Christopher Newgard

Overview:

Over its 16 year history, our laboratory has investigated mechanisms of metabolic regulation and fuel homeostasis in mammalian systems. Major projects include: 1) Mechanisms involved in regulation of insulin secretion from pancreatic islet β-cells by glucose and other metabolic fuels; 2) Development of methods for protection of β-cells against immune-mediated damage; 3) Studies on spatial organization and regulation of systems controlling hepatic glucose balance; 4) Studies on the mechanisms involved in lipid-induced impairment of insulin secretion and action in diabetes.

Positions:

W. David and Sarah W. Stedman Distinguished Professor of Nutrition in the School of Medicine

Pharmacology & Cancer Biology
School of Medicine

Professor of Pharmacology and Cancer Biology

Pharmacology & Cancer Biology
School of Medicine

Director, Sarah W. Stedman Nutrition and Metabolism Center

Sarah Stedman Nutrition & Metabolism Center
School of Medicine

Professor of Biochemistry

Biochemistry
School of Medicine

Professor in Medicine

Medicine, Endocrinology, Metabolism, and Nutrition
School of Medicine

Affiliate, Duke Global Health Institute

Duke Global Health Institute
Institutes and Provost's Academic Units

Member of the Duke Cancer Institute

Duke Cancer Institute
School of Medicine

Education:

Ph.D. 1984

University of Texas at Dallas

Grants:

Iron homeostasis in mammalian muscle

Administered By
Pharmacology & Cancer Biology
Awarded By
National Institutes of Health
Role
Collaborator
Start Date
End Date

G(alpha)Z signaling in insulin secretion and glucose tolerance

Administered By
Pharmacology & Cancer Biology
Awarded By
National Institutes of Health
Role
Mentor
Start Date
End Date

The Branched Chain Ketoacid Dehydrogenase Kinase-Phosphatase System as a New Regulatory Node in Myocardial Fuel Section

Administered By
Sarah Stedman Nutrition & Metabolism Center
Awarded By
National Institutes of Health
Role
Mentor
Start Date
End Date

Post-Translational and Epigenetic Control of Branched-Chain Amino Acid Metabolism

Administered By
Sarah Stedman Nutrition & Metabolism Center
Awarded By
National Institutes of Health
Role
Collaborator
Start Date
End Date

The Effects of a Novel Statin-Induced Protein Modification on Fatty Acid Synthase

Administered By
Sarah Stedman Nutrition & Metabolism Center
Awarded By
National Institutes of Health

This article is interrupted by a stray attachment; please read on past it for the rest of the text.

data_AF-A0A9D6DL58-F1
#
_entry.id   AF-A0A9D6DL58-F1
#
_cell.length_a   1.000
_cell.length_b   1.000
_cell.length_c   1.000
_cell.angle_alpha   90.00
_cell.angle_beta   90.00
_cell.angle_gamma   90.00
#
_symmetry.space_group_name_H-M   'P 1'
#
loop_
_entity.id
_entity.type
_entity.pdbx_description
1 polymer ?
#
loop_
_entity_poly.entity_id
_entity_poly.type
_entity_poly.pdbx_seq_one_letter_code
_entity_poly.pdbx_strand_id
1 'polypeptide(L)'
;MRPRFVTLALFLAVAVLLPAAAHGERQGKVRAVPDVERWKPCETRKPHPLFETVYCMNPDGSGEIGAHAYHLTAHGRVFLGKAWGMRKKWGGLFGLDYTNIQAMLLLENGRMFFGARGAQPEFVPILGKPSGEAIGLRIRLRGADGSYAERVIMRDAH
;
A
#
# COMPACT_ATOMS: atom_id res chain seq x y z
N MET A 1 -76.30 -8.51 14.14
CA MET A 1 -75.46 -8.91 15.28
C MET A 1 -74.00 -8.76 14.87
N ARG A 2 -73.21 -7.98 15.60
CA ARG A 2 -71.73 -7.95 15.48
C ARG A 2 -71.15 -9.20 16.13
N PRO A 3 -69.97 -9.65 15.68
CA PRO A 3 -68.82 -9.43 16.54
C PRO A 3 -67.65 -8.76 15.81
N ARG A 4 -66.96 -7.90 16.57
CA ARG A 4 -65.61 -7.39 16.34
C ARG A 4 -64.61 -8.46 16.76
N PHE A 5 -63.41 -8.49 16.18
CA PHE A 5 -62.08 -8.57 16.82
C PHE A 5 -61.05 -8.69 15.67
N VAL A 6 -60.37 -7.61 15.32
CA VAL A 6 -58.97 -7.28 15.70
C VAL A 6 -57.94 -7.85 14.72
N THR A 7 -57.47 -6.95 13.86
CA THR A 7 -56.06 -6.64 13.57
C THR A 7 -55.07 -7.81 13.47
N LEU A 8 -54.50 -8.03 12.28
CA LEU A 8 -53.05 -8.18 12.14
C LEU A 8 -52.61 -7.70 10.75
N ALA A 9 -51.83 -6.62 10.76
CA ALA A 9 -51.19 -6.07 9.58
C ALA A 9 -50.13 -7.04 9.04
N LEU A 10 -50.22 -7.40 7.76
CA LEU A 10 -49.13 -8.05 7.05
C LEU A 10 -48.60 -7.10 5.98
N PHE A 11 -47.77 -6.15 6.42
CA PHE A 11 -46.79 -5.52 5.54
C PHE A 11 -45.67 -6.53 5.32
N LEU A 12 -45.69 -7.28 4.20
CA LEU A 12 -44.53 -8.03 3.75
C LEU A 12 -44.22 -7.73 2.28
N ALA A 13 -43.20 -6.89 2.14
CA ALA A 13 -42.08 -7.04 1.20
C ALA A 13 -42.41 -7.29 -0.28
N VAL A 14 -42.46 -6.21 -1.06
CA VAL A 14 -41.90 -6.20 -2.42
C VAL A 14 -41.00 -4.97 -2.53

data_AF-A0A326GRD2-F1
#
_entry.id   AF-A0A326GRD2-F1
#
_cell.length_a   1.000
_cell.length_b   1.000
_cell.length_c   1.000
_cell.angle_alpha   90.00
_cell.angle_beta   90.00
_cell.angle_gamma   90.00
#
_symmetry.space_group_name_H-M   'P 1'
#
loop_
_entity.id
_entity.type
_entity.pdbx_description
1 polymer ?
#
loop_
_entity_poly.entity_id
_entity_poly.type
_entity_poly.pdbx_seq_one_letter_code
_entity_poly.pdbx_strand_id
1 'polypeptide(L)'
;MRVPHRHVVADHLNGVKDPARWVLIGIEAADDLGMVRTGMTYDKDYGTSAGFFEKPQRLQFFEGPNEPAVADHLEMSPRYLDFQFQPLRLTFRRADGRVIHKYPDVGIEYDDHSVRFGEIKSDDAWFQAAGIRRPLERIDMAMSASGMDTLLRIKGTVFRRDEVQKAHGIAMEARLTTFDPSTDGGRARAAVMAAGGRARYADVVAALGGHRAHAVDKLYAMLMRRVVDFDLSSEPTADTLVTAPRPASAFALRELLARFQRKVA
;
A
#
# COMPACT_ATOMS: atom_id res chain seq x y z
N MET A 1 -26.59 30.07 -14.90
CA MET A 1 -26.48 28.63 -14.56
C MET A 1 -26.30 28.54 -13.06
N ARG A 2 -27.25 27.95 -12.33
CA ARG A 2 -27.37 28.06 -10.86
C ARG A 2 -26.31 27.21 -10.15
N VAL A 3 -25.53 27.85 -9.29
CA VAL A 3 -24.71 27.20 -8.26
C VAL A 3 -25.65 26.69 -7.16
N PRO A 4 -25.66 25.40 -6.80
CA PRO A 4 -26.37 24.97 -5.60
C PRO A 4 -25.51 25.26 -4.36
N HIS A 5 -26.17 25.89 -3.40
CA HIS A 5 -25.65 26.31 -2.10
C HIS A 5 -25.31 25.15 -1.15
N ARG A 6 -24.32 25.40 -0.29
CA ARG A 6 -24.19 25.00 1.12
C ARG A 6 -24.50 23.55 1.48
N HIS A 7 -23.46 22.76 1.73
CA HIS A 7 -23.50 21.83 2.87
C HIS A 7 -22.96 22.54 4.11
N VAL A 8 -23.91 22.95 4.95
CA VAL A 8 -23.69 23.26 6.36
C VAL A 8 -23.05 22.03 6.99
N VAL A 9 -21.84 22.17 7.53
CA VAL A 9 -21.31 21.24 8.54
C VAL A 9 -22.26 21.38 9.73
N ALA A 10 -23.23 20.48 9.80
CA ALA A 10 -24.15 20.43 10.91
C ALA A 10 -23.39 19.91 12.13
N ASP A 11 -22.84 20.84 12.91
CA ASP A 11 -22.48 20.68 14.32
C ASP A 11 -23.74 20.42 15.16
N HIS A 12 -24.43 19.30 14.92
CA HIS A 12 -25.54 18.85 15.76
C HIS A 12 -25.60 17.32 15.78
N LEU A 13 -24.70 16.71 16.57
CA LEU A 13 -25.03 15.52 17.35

Role
Co-Mentor
Start Date
End Date

Publications:

Metabolomic profiling identifies complex lipid species and amino acid analogues associated with response to weight loss interventions.

Obesity is an epidemic internationally. While weight loss interventions are efficacious, they are compounded by heterogeneity with regards to clinically relevant metabolic responses. Thus, we sought to identify metabolic biomarkers that are associated with beneficial metabolic changes to weight loss and which distinguish individuals with obesity who would most benefit from a given type of intervention. Liquid chromatography mass spectrometry-based profiling was used to measure 765 metabolites in baseline plasma from three different weight loss studies: WLM (behavioral intervention, N = 443), STRRIDE-PD (exercise intervention, N = 163), and CBD (surgical cohort, N = 125). The primary outcome was percent change in insulin resistance (as measured by the Homeostatic Model Assessment of Insulin Resistance [%ΔHOMA-IR]) over the intervention. Overall, 92 individual metabolites were associated with %ΔHOMA-IR after adjustment for multiple comparisons. Concordantly, the most significant metabolites were triacylglycerols (TAGs; p = 2.3e-5) and diacylglycerols (DAGs; p = 1.6e-4), with higher baseline TAG and DAG levels associated with a greater improvement in insulin resistance with weight loss. In tests of heterogeneity, 50 metabolites changed differently between weight loss interventions; we found amino acids, peptides, and their analogues to be most significant (4.7e-3) in this category. Our results highlight novel metabolic pathways associated with heterogeneity in response to weight loss interventions, and related biomarkers which could be used in future studies of personalized approaches to weight loss interventions.
Authors
Bihlmeyer, NA; Kwee, LC; Clish, CB; Deik, AA; Gerszten, RE; Pagidipati, NJ; Laferrère, B; Svetkey, LP; Newgard, CB; Kraus, WE; Shah, SH
MLA Citation
Bihlmeyer, Nathan A., et al. “Metabolomic profiling identifies complex lipid species and amino acid analogues associated with response to weight loss interventions.Plos One, vol. 16, no. 5, Jan. 2021, p. e0240764. Epmc, doi:10.1371/journal.pone.0240764.
URI
https://scholars.duke.edu/individual/pub1482896
PMID
34043632
Source
epmc
Published In
Plos One
Volume
16
Published Date
Start Page
e0240764
DOI
10.1371/journal.pone.0240764

Insulin action, type 2 diabetes, and branched-chain amino acids: A two-way street.